Category Archives: Asthma : Part 3

Understanding of Asthma Management: Adolescence

Understanding of Asthma Management: AdolescenceParents viewed their medical provider as their main source for asthma education. Some caregivers believed they needed asthma education beyond that provided by their physician, while others believed the physician and staff were in greater need of the asthma education. Several caregivers were very satisfied with the level of support and coordination of asthma care in the physician’s office. Successful medical provider approaches were multidisciplinary, including a physician staff team approach to the delivery of asthma care and education. so
As “she got older she came to me, she said ‘Mom, I’m tired of taking all this medicine. It’s nasty, I’m just tired’. And we went through a phase where she was half taking her medications.” An unanticipated issue that surfaced from parents was the need for support and age-appropriate asthma education for teenaged children. Caregivers reported a change in their ability to properly manage their child’s asthma during this transition from adolescent to teen. In younger children, parents were better able to oversee activities, adhere to medication schedules, and avoid exposure to environmental triggers. We found that with teenage children the impact of peer pressure and the need for belonging was not only evident but directly impacted the child’s adherence to their asthma management. The feelings of invincibility and embarrassment experienced by teenagers toward their asthma care routines were difficult for parent’s to penetrate even when the child fully comprehended the severity of their disease.
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Understanding of Asthma Management: Role of Medical Provider

Caregivers expressed a concern that care provided differed when physicians or medical staff noted their Medicaid insurance coverage. Some had to show extra paperwork at the physician’s office, while others believed they received lesser treatment or were stigmatized. Overall, parents believed that coverage provided by Medicaid was adequate and that the needed care was available for their child. Medicaid was credited by some parents as allowing them to establish a medical home for their child’s asthma care.
Caregivers of children with asthma were concerned with the level of access to medical providers during an asthma episode. Availability of 24-h call lines during an emergency were seen as strategies to receive support prior to visiting an emergency department. Parents were concerned the level of office triage for asthma was either missing or of a lower priority, specifically during an asthma episode. Again, perceptions of discrimination and indifference were mentioned as issues for parents of children receiving care insured by Medicaid: “Or you are not going to get the full care that you would if you had regular insurance.”
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Understanding of Asthma Management: Medicaid Health-Care System

Understanding of Asthma Management: Medicaid Health-Care SystemCaregivers addressed the impact of their child’s asthma on their employment. Parents expressed the need for care throughout the day, knowing that they were unable to monitor their child 24 h/d. Appropriate management strategies for monitoring of their child’s asthma, including peak flow readings, were utilized by some parents in adjusting medications as needed in the mornings and evenings to avoid problems during the work day.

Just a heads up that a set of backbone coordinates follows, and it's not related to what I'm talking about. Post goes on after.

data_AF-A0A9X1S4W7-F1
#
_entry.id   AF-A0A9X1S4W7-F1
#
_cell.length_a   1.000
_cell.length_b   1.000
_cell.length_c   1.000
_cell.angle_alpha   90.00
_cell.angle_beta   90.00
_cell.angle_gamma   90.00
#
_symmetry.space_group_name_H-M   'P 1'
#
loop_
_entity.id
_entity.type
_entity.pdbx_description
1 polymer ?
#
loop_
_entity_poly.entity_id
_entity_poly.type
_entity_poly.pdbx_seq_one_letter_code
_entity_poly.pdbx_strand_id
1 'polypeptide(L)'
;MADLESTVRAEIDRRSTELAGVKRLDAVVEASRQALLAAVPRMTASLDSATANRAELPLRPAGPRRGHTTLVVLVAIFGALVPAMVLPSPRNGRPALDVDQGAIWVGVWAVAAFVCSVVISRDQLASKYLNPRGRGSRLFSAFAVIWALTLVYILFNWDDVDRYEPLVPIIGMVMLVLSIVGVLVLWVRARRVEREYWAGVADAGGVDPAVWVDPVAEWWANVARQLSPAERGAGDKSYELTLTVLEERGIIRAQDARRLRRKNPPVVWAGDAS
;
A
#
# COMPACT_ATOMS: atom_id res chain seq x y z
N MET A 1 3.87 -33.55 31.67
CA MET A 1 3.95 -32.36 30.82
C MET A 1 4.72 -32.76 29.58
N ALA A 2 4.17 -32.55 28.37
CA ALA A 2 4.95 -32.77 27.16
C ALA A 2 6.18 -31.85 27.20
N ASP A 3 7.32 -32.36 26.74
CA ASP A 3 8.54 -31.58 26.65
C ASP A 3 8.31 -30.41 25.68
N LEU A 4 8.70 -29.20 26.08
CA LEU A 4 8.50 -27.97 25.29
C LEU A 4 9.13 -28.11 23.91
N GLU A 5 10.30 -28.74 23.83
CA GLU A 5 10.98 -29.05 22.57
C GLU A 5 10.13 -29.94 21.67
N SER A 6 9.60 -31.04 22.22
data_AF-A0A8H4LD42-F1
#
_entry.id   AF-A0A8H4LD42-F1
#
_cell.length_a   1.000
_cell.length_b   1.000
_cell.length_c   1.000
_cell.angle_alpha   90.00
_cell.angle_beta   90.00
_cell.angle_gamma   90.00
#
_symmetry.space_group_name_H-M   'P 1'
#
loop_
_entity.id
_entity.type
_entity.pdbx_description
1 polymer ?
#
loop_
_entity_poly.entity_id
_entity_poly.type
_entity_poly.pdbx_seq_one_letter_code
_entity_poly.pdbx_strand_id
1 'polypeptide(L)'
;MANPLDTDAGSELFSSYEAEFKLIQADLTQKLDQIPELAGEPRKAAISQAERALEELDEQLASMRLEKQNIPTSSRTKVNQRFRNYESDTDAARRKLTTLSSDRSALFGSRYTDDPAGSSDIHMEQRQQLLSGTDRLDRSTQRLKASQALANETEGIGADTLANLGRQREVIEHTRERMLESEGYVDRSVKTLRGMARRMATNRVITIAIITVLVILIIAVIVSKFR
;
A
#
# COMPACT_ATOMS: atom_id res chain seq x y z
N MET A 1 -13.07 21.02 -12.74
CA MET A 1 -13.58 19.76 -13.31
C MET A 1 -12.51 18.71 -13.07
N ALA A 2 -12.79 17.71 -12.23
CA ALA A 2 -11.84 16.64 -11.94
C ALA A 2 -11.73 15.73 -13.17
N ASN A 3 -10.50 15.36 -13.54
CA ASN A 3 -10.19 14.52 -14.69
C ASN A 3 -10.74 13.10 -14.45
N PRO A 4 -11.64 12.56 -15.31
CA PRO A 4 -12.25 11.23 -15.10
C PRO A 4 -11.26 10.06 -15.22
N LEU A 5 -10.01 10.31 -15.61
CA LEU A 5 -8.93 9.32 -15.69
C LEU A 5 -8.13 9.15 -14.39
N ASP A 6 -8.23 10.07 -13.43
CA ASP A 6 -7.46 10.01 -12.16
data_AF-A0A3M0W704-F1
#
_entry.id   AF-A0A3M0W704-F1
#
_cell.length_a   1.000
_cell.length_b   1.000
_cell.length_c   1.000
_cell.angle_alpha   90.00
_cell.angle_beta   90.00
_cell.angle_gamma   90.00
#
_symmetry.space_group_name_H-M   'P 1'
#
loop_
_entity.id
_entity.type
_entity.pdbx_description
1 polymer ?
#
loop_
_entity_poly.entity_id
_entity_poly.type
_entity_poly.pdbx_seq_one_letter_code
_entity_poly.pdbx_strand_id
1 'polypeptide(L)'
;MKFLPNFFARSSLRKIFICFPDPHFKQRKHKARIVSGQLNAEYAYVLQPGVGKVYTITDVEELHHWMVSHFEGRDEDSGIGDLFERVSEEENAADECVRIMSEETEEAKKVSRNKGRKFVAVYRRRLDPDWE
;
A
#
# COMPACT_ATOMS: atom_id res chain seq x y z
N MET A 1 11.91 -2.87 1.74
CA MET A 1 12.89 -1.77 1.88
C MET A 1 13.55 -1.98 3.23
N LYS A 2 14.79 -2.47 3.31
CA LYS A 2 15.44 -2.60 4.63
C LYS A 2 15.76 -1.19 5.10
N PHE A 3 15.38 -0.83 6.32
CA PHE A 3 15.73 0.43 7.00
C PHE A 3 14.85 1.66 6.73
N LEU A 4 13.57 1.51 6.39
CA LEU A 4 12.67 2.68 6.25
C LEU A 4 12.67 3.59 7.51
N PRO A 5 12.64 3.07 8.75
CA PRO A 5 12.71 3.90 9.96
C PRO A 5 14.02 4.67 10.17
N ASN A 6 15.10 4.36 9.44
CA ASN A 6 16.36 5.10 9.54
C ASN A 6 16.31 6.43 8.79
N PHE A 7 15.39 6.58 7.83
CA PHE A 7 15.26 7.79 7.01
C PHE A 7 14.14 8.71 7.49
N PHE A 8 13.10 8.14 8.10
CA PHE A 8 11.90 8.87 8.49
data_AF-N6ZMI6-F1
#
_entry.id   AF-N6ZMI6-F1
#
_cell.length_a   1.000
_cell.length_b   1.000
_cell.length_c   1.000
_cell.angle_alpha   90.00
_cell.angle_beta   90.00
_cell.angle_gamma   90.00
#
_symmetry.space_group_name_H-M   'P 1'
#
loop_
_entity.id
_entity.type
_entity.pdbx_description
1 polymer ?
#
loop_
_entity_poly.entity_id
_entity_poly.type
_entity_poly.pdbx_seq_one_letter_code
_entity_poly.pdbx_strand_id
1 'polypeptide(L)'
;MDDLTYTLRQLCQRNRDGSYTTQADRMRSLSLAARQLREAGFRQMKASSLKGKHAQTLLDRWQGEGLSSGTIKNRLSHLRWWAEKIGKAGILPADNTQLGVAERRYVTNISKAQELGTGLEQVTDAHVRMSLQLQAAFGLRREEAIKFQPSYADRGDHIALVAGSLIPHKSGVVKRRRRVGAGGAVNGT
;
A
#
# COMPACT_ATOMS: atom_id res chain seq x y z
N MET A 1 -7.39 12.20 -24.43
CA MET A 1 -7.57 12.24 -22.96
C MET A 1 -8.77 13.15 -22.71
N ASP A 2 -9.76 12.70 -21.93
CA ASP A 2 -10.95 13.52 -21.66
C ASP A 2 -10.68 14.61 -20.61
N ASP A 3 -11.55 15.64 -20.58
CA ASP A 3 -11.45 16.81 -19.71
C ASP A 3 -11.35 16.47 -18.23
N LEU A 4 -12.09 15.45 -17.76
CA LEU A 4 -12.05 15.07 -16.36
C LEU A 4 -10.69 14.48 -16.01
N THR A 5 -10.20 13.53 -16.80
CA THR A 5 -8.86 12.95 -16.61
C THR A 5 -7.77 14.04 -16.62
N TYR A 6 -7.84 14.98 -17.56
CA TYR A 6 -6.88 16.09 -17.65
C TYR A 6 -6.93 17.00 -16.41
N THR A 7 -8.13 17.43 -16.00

Experiences with the Medicaid system and personnel varied, while some caregivers mentioned no complaints, others believed they were discriminated against or frustrated by paperwork and changing coverage. Physician or specialist referrals were cited by parents as a barrier to acquiring proper asthma care. An additional barrier to ensuring good asthma care for children was the limitations set on refills by insurance. Caregivers believed it would be easier to manage their child’s asthma if they were able to receive multiple inhalers: one for school and another for home. Likewise, they need to be allowed to refill medications that were lost prior to the Medicaid 30-day refill cycle. read
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Understanding of Asthma Management: School/Daycare Support and Work

Although parents have learned methods to diminish the effects of environmental triggers, they continued to experience situations that were beyond their control. These included exposures at friends’ or relatives homes.
“We couldn’t even go to restaurants because they have part of it [where] you smoke [and] one part you can’t. So no matter what, if you’re in there… smoke is in the environment and the child gets sick. And [if] you complain about it, well it’s not a smoke-free environment.” Smoke-free restaurants and public locations continue to be a challenge for parents of children with asthma. Many believed community education of environmental triggers of asthma would assist in eliminating exposure and improving the family and child’s quality of life.
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Understanding of Asthma Management: Caregiver/Patient Knowledge

Understanding of Asthma Management: Caregiver/Patient KnowledgeOthers remained stressed or overwhelmed by their child’s asthma: “I get nervous, I’m still not used to it, so I run to the doctor a lot. I don’t know if I’m giving too much medicine, the right medicine. You know, sometimes they treat me like I ought to know but I don’t know!” further